New Haven Woman Admits Lying to Federal Grand Jury about Knowledge of Kidnapping and Triple Homicide
John H. Durham, United States Attorney for the District of Connecticut, today announced that LAQUASIA SAMMS, also known as “Quasia,” 26, of New Haven, pleaded guilty yesterday before U.S. District Judge Kari A. Dooley in Bridgeport to making false statements before a federal grand jury in connection with an investigation into the kidnapping and murder of two individuals, and the related murder of a third individual, in November 2015.
According to court documents and statements made in court, on November 16, 2015, Samms was present when an illegal firearm transaction was occurring in her apartment on Shelton Avenue in New Haven. Damian Connor and Tamar Lawrence were also present in the apartment. When an individual left the apartment with firearms that he had not paid for, the individual whose firearms were taken held Connor and Lawrence against their will. Connor and Lawrence were robbed of money and valuables, and then forced to travel in Connor’s car to Hamden where Connor said he could get more money. They were followed in another vehicle by Devante Williams and another individual. After the vehicles arrived at 676 Mix Avenue in Hamden, Connor and Lawrence were shot and killed. Williams was shot and killed a short time later in the area of Sherman Court in New Haven.
During the kidnapping, and after the three victims were murdered, Samms sent several text messages to another individual about what was happening and her reaction to the events.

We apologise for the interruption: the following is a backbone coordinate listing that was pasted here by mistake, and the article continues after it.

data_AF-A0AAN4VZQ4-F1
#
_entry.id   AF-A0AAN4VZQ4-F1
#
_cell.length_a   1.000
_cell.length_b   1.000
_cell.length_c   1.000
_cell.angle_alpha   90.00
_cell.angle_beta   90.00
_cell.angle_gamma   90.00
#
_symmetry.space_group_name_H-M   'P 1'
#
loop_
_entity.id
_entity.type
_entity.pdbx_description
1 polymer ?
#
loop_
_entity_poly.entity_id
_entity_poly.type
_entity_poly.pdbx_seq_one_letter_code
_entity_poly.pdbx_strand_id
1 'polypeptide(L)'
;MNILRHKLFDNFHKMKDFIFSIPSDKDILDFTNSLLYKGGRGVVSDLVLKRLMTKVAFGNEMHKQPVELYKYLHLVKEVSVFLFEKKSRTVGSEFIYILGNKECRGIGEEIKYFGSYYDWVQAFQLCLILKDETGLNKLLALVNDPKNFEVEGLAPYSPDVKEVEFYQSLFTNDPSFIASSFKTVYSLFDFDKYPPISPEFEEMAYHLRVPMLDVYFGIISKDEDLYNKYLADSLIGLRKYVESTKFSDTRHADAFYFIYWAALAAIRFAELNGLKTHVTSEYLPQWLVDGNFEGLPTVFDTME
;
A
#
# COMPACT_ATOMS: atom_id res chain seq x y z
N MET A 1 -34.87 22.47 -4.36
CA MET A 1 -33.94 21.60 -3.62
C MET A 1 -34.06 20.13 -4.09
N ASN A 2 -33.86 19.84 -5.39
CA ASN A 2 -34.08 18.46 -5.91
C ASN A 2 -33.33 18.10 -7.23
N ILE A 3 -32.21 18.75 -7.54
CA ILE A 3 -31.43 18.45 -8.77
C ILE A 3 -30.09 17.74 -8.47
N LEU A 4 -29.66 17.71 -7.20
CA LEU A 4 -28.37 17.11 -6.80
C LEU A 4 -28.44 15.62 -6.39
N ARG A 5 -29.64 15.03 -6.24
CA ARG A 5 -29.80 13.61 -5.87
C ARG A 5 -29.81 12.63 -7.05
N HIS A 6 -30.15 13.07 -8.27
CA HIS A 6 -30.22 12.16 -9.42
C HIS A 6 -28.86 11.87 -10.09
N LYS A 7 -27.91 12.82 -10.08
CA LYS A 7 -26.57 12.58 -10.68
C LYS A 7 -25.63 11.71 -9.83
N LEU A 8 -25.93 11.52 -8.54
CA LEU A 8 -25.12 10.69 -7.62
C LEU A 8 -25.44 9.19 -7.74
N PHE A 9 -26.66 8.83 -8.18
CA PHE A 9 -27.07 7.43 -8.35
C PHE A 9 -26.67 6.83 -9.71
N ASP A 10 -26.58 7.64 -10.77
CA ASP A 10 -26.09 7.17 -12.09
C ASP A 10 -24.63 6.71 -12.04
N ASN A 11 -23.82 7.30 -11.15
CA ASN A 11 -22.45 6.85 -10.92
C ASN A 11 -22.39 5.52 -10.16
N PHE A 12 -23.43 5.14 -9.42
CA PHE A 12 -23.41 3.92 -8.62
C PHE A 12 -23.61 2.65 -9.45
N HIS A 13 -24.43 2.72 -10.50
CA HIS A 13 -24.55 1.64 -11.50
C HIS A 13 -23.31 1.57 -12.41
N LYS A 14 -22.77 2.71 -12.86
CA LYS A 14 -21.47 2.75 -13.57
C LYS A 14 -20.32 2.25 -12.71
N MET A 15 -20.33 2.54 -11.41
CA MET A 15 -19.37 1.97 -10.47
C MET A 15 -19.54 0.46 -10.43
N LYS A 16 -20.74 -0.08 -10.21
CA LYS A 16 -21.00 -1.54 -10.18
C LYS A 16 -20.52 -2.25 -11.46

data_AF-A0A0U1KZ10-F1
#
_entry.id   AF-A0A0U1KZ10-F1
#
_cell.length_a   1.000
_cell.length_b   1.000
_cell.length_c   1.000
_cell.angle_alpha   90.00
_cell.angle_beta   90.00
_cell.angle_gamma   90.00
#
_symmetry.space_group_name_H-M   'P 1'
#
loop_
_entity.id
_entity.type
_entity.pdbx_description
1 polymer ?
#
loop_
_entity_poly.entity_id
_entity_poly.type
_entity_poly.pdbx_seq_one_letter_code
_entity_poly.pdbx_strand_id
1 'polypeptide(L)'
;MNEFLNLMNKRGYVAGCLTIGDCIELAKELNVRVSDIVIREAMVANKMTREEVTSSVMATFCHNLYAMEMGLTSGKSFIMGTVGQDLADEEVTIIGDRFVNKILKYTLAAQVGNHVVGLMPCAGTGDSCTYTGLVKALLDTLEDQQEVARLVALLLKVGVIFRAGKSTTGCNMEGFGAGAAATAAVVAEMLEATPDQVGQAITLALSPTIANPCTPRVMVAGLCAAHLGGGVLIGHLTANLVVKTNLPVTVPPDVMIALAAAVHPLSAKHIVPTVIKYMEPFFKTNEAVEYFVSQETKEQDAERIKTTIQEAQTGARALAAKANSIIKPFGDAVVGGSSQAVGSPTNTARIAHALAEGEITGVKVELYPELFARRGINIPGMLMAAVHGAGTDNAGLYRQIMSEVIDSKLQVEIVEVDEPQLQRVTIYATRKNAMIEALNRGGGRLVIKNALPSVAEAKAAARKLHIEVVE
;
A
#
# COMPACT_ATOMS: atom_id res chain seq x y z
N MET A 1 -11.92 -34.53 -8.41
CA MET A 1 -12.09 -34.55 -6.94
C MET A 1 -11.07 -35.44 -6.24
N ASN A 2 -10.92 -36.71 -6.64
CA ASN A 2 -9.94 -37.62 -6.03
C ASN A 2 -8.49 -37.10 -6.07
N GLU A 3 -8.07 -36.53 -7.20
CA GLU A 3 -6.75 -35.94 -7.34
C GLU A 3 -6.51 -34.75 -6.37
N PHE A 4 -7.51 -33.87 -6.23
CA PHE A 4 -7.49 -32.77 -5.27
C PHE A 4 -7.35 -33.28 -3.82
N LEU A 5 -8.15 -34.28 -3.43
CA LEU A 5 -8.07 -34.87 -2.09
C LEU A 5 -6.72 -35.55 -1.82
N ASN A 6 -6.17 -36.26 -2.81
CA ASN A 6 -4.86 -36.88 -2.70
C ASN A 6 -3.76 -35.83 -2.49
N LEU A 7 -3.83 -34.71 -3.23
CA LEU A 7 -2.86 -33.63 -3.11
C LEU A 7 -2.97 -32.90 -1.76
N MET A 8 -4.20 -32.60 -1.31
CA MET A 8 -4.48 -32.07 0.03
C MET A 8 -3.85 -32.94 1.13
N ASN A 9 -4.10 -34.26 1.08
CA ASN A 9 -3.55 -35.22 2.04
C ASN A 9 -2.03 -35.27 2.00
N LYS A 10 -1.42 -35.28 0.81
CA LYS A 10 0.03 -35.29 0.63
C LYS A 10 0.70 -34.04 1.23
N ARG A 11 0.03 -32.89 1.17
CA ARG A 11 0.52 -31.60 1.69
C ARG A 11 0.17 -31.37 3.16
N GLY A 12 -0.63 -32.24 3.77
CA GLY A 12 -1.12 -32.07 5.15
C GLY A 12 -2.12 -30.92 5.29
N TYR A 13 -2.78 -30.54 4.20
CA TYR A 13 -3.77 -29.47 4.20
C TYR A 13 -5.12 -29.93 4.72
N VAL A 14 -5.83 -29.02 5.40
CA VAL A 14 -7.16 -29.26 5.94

On March 19, 2019, Samms appeared before a grand jury in New Haven. During her testimony, Samms repeatedly claimed that she did not remember sending any text messages related to the gun transaction, the kidnapping, or the murder of the three individuals.
In pleading guilty, Samms admitted that she sent the text messages, and that she withheld other information that was sought by the federal grand jury.
Judge Dooley scheduled sentencing for December 28, 2020, at which time Samms faces a maximum term of imprisonment of five years.
On December 9, 2019, the grand jury returned an indictment charging Edward Michael Parks, also known as “Lee” and “Trouble,” 34, of Raleigh, North Carolina, with kidnapping and murdering the two individuals in Hamden, and killing the third victim in New Haven to stop him from advising law enforcement what had occurred. Parks is awaiting trial, and U.S. Attorney Durham stressed that an indictment is only a charge and is not evidence of guilt. Charges are only allegations, and a defendant is presumed innocent unless and until proven guilty beyond a reasonable doubt.
This investigation is being conducted by the Federal Bureau of Investigation, the Hamden Police Department and New Haven Police Department.
The case is being prosecuted by Assistant U.S. Attorneys Anthony E. Kaplan, Peter D. Markle and Jocelyn C. Kaoutzanis, and Assistant State’s Attorney Seth Garbarsky, who has been cross-designated as a Special Assistant U.S. Attorney in this matter.